Why should we care about Data Sharing?
Nadine Hamilton – Principal Consultant, Canberra
There are many reasons that organisations, both public and private should be sharing data, not the least is the significant potential it offers for social and economic benefits through better delivery of services, better and more informed decision making or policy setting, and to support research into current and emerging social, economic and environmental issues.
The value of data and the insights that it holds for so many different interested parties, cannot be underestimated.
The requirement to access and share data are increasing, but how do you balance these interests whilst maintaining public trust and confidence in the systems?
From a public sector perspective, the Australian Government is developing the Data Sharing and Release Act (DS&R Act) to address some of these concerns.
The overall aim of the DS&R Act will be to:
- safeguard data sharing and release in a consistent and appropriate way
- enhance the integrity of the data system
- build trust in use of public data
- establish institutional arrangements, and
- promote better sharing of public sector data.
Read more about what this legislation is trying to achieve here.
Common challenges for sharing data
In the 2017 Data Availability and Use Report, the Productivity Commission found:
- “Existing data sharing arrangements across the public service are complex and hinder the use of data. Barriers to greater sharing of data within government include:
- A dense web of legislative requirements which lack consistency
- A culture of risk aversion, leading to overly cautious legislative interpretation and approval process complexity, and
- Lack of a whole-of-government approach.”1
On top of these challenges, most organisations are also battling with:
- Data siloes – they have lots of data, but it is fragmented and more often than not, held in isolation.
- Concerns around privacy of information and the potential for misuse.
- Risk aversion, with daily news of high-profile data breaches and stories of data shared with good intention, but poorly managed.
Public Sector Data Sharing in action
Locally, the Australian Federal Government has introduced the Data Integration Partnership for Australia (DIPA) program to maximise the use and value of the Government’s data assets. Through data integration and analysis, new insights into important and complex policy questions will now be available.
The DIPA will:
- improve our technical data infrastructure and data integration capabilities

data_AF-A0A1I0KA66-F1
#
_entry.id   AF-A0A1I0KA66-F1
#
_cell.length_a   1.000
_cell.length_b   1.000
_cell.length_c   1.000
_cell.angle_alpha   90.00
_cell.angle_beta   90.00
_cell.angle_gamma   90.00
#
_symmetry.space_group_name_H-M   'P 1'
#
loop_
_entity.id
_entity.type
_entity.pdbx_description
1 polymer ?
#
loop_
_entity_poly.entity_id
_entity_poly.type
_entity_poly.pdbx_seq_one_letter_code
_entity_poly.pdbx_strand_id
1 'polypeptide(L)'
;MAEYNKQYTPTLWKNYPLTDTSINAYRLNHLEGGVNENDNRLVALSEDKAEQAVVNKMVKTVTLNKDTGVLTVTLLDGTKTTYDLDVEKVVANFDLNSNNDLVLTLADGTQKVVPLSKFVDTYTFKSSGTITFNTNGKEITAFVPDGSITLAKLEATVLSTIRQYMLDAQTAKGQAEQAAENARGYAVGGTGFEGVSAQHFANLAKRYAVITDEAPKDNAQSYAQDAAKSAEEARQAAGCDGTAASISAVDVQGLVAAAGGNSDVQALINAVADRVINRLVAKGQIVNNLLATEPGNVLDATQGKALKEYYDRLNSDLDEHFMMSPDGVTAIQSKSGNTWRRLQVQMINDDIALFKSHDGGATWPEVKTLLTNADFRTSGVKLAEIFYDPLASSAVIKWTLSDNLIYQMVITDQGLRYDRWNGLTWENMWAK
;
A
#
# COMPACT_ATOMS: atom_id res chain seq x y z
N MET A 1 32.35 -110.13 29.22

- preserve the privacy of individuals and ensure the security of sensitive data
- improve our data assets in important areas such as health, education and social welfare
- maximise the use of these assets through data integration and analysis.
This is a fantastic opportunity for business to leverage a wealth of public data held by government!
Making it work
If you are considering sharing your data but face some or all of these challenges, don’t believe it’s too hard, it can be done! Here are some key principles to consider:
- Have clear governance and release processes to assess risk and manage process
- For example, Utilise the Five-Safes framework – each of the elements of this framework provide guidance on managing the risks of sharing data. This framework allows data custodians to place appropriate controls, not just on the data itself, but on the manner in which data is accessed.
- Safe data: can the data disclose identity?
- Safe people: can the users of the data be trusted?
- Safe setting: does the access environment prevent unauthorised use?
- Safe outputs: are the project results likely to disclose identity?
- Safe project: is the purpose of use appropriate?
- Organise and present the data in a useful way – make it easier for authorised external users to access and utilise the data.
- Share success stories – these build buy-in and confidence in your procedures, breaks down barriers and reduces the concerns raised previously.
Data sharing will continue to be high on many organisations agendas with significant investments to maximise the use and value of their data assets. If you’d like to find out more about how Altis is assisting public and private sector organisations manage, leverage and share their data – get in touch at firstname.lastname@example.org.